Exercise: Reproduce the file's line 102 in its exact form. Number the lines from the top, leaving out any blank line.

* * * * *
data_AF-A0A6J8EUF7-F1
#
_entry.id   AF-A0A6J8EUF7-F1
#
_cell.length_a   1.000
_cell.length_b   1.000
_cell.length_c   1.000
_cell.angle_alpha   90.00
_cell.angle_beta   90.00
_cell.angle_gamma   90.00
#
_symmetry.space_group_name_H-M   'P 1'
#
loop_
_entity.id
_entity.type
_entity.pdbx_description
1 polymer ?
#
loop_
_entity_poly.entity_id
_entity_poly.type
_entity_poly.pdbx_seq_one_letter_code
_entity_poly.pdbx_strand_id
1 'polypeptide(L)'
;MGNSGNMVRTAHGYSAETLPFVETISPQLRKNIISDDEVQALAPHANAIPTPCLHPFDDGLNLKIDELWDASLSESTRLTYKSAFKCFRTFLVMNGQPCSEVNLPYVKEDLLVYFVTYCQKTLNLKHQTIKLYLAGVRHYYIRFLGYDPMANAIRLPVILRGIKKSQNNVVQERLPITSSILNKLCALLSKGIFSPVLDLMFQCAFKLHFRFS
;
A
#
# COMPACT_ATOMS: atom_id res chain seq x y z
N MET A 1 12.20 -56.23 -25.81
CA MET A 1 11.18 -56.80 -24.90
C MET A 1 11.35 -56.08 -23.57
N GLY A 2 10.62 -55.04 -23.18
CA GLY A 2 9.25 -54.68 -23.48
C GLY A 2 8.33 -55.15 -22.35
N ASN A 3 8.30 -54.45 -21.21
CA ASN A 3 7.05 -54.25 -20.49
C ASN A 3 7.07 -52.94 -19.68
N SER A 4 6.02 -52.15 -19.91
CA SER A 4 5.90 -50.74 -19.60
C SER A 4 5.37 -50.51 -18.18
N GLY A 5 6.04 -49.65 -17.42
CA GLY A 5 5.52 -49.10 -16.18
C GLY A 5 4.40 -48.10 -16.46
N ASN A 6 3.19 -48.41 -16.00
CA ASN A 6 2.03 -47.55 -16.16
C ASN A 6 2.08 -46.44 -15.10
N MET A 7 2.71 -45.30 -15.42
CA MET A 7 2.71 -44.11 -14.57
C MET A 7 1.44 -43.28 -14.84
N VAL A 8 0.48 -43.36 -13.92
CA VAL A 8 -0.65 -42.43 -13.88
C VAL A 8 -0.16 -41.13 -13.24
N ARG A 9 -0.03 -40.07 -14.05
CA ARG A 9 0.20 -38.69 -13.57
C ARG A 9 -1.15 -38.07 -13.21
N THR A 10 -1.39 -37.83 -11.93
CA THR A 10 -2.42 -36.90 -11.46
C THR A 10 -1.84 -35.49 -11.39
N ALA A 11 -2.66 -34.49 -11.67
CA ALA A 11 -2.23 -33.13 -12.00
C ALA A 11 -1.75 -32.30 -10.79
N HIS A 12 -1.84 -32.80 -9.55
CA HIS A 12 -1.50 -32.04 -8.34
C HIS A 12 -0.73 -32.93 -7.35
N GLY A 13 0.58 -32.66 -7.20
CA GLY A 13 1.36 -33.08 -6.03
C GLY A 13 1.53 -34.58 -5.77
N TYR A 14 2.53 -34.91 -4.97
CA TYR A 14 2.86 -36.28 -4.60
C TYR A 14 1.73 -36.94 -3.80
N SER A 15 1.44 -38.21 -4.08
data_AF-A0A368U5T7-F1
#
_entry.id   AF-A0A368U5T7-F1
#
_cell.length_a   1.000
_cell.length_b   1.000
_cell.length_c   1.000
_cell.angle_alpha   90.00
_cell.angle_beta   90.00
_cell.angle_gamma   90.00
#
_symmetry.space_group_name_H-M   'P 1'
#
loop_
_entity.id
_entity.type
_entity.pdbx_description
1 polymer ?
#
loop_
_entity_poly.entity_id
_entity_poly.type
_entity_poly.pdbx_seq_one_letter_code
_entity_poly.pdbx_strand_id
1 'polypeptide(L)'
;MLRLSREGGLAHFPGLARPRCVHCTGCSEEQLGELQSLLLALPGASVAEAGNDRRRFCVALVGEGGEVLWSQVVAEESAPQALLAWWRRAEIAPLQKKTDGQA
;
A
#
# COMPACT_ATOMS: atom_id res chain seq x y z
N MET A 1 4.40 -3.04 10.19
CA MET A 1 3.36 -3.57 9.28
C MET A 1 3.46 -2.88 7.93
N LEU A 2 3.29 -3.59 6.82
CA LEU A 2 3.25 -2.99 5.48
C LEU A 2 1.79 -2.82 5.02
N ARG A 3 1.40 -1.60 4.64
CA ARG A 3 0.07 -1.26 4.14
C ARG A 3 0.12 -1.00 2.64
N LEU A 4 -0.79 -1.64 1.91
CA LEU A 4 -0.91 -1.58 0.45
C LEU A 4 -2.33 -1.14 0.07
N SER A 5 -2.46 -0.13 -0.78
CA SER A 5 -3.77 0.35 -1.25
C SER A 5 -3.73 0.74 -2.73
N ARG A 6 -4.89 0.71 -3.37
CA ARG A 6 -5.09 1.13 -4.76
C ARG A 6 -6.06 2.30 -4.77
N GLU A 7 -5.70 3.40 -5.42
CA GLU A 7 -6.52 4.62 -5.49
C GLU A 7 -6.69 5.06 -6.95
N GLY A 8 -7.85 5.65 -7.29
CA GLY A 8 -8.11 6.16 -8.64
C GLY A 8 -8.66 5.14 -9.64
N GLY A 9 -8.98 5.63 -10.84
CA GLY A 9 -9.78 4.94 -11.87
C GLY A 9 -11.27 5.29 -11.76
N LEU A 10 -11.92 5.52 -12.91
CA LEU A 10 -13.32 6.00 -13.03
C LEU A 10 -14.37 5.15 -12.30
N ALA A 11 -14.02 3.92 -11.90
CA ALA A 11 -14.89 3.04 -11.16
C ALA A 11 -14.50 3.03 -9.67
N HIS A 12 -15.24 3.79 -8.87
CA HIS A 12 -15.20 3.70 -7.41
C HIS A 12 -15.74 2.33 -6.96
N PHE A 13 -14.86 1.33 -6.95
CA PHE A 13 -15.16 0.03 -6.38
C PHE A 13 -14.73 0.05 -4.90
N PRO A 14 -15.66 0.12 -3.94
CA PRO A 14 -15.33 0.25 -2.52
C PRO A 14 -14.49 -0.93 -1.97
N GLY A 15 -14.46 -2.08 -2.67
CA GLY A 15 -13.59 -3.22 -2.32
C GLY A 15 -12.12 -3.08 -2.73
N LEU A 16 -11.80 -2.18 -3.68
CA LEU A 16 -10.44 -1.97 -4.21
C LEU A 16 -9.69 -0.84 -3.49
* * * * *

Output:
#